Passing Information Between View Controllers
Passing Information Between View Controllers
I don't know why, but for whatever reason one of the things that used to really drive me crazy was passing information between view controllers. I think it is just part of the learning curve, and Apple's strong encouragement toward some type of MVC inspired design pattern.
To help others who are trying to get a handle on this, I wrote up a very simple app that passes data between two view controllers. One has a text label that displays text, and the other one allows you to change the text displaying on the first one.
After setting up the view, and associating ViewController.swift files with each one, and setting up Storyboard IDs for each View, it's actually very simple to write code to pass the text between them. In my example, I set the segue up by right-click-dragging from the Enter Text button over to the other view controller and chose "Show" for the segue type.
Without any code, the segue will work, but the two Views will have no way of talking to each other. You can do this using functionality straight from UIKit, specifically the "prepare(for segue:)" function, and the "presentingViewController" variable. We'll start with prepare(for segue:).
|The Prepare for Segue function in the base View Controller|
As you can see in the code snippet above, we are able to pass information in three lines of code. The first line is instantiating the View Controller we are about to go to. We force cast the TextEntryViewController class, to give us access to the properties we need to send data to. The next line simply accesses the text property, and assigns the value we want. In this case, the view controller we are sending from has some text it wants to send (thus the self keyword).
|viewWillAppear Method in TextEntryViewController|
To do something with the text that was sent, we can set our textField's placeholder text to it. We accomplish this in the line of code that reads:
textField.placeholder = text
After the user types something in the textField, and taps the "Set Label" button, sending the new text back is also very easy.
|Sending data back to the original view|
Storyboard views work like a stack of cards. When you "show" a new card, it gets put on the top of the stack. The last card you were looking at is still there, it's just covered up. Because of this, we don't want to instantiate a new ViewController, we want to access the one that's already there. This is the part that used to give me the most trouble, I kept wanting to instantiate new ViewControllers, which just kept stacking an endless deck, and would make a program unstable and slow. Luckily, doing it the right way is very easy. We can get access to the presenting view controller by creating a variable—similar to how we did it in prepare(for segue:)—but instead of creating a new view controller, we simply use "presentingViewController" to get access to the old view controller. We still want to force type, to give us access to the properties and methods we want to use. You can see this accomplished in the code above. Finally, instead of presenting a new view controller, we just need to dismiss the current view, because once that gets dismissed we will get back to the old one.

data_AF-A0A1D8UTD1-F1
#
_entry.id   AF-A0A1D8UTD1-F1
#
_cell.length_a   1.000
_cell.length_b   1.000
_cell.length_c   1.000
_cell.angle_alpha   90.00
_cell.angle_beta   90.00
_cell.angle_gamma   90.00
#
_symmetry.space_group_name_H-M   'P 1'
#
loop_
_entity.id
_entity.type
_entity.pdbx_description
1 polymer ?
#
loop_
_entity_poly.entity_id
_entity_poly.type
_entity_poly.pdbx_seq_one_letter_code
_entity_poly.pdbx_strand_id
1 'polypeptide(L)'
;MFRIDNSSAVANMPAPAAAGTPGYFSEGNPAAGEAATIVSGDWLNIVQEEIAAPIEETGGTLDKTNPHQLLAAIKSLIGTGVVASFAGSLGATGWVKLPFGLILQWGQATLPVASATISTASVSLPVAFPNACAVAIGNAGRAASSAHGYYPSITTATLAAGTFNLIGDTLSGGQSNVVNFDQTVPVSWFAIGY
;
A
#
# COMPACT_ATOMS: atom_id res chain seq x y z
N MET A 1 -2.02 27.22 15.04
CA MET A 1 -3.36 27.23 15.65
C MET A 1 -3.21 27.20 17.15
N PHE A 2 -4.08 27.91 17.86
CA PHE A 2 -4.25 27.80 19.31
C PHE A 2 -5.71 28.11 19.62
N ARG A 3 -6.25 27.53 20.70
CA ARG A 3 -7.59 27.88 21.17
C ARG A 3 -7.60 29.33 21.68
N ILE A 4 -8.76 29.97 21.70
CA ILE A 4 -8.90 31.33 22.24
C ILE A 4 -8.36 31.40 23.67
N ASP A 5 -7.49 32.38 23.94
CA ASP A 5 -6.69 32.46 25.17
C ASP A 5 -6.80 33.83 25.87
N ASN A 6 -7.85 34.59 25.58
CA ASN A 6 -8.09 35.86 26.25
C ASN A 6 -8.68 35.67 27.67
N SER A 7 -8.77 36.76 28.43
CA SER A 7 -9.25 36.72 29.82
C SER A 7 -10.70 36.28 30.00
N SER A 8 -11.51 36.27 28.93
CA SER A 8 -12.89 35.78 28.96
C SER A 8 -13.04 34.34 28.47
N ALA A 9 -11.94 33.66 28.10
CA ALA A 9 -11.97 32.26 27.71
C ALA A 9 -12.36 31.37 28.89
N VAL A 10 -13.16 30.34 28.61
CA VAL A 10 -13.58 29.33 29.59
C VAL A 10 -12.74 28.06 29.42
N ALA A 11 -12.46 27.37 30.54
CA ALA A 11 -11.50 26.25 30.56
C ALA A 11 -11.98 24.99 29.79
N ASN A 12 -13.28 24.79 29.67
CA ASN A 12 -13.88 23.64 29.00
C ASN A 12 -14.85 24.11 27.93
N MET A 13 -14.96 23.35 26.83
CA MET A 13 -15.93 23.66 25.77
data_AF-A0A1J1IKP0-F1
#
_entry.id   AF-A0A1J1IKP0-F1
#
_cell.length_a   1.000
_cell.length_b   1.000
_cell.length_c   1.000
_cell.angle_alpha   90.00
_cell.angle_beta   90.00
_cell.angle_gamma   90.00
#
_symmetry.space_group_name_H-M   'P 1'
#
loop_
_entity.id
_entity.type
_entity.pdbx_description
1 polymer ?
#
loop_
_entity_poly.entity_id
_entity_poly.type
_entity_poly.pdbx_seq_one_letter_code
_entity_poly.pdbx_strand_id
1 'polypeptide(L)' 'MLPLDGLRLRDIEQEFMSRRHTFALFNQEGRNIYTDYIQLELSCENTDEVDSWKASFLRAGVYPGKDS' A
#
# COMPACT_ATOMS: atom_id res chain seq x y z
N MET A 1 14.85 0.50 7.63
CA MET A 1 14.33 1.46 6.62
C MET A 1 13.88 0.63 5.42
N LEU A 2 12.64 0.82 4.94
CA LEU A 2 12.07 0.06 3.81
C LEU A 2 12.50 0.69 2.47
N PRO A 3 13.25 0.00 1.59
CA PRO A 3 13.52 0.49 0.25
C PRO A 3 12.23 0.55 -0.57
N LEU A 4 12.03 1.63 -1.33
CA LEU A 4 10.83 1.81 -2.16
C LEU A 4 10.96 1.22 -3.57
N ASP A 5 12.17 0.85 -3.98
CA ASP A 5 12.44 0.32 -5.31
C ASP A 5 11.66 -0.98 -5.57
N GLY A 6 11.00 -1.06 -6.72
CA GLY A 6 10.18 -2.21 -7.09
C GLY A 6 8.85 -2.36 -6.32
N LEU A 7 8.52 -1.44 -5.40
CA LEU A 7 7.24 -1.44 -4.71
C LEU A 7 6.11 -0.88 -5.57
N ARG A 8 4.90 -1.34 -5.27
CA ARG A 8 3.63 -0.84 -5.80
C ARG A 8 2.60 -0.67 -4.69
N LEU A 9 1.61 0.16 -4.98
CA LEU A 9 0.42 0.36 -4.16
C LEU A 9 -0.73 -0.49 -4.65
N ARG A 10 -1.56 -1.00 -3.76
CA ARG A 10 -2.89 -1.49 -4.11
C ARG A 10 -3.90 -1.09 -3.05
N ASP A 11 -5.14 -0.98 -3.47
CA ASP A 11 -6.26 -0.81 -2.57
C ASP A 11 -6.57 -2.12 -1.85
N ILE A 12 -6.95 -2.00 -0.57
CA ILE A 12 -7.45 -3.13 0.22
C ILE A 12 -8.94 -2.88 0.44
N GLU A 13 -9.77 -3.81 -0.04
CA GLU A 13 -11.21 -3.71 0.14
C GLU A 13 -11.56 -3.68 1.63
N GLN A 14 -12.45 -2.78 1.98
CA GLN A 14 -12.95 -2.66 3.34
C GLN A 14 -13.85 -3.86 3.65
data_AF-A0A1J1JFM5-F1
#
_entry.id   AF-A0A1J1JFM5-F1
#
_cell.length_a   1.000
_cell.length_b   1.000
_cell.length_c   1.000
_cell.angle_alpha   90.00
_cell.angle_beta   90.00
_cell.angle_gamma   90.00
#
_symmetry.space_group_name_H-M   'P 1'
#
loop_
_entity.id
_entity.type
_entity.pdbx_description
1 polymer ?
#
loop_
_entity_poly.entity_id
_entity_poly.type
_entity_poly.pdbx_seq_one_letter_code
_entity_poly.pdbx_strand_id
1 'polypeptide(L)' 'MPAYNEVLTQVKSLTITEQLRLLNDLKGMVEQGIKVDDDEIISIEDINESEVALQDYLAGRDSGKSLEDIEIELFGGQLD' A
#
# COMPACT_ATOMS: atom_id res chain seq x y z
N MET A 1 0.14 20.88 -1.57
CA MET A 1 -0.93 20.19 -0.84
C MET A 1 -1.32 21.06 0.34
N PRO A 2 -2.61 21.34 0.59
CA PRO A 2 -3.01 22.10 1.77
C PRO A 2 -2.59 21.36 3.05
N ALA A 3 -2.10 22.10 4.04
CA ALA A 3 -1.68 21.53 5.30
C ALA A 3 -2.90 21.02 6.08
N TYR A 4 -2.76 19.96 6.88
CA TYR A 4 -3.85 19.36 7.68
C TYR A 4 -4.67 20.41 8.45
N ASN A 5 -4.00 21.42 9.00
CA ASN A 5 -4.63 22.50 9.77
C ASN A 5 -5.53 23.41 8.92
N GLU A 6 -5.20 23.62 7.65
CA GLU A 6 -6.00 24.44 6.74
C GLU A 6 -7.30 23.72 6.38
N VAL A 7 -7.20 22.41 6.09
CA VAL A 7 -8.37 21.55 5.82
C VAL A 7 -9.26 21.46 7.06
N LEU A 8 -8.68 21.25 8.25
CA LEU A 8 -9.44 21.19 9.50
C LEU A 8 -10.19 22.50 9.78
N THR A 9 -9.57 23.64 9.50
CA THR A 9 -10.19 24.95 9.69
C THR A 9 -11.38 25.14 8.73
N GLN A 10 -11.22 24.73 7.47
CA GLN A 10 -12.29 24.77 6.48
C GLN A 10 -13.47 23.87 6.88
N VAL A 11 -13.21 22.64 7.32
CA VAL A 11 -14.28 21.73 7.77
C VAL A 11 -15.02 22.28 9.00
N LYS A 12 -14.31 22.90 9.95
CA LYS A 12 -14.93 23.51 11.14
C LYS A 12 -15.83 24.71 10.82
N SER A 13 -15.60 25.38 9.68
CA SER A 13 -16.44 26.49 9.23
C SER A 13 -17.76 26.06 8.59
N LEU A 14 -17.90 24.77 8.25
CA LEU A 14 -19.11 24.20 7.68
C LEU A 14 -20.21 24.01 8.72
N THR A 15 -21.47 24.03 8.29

You can get a better feel for how it all works by downloading the project from GitHub from the link at the bottom of this post, and playing around with it a little bit. The main take-away is to keep thinking about storyboard views as a stack of cards.
In my example app I also used two UITextFieldDelegate functions. The delegate design model is probably the most powerful thing in the Swift language. You can tell your class to conform to a delegate by setting your class up like this:
You can actually create a class that specifically handles the delegate functions, to keep your code clean. I only used two functions, and the code was very simple, so I just added the delegate to my TextEntryViewController class. Next you have to tell the textField's who their delegate is, otherwise your delegate functions won't do anything. You can scroll up to the viewWillAppear code snippet above to see how this is done.
The code snippet below shows the two delegate functions I implemented. A useful trick in XCode is to hold down the option key while hovering over a class, or delegate. You will see the mouse cursor turn into a question mark, and if you click, you can get more details about whatever you are hovering over. If you don't know how to implement a delegate, or class, this is the best way to find out.
The textFieldDidBeginEditing allows you to do things when a user taps into a textField. Here, I just wanted to clear the placeholder, and any text that had been entered into the field before by setting both properties to empty strings.
Another point of frustration to drive a new Swift developer crazy, is dismissing the keyboard after the user taps out of a textField, or taps the return key. It doesn't do it automatically. The solution is found in the textFieldShouldReturn delegate function. This gets called when the user taps return, or tries to leave the text field. The following line of code will get rid of the keyboard for you:
I don't know how long it took me to figure this out when I was just getting started, but I do remember that it drove me nuts for hours!
Please check the example project out on GitHub. I hope that the project and this article help you understand how to pass information between view controllers!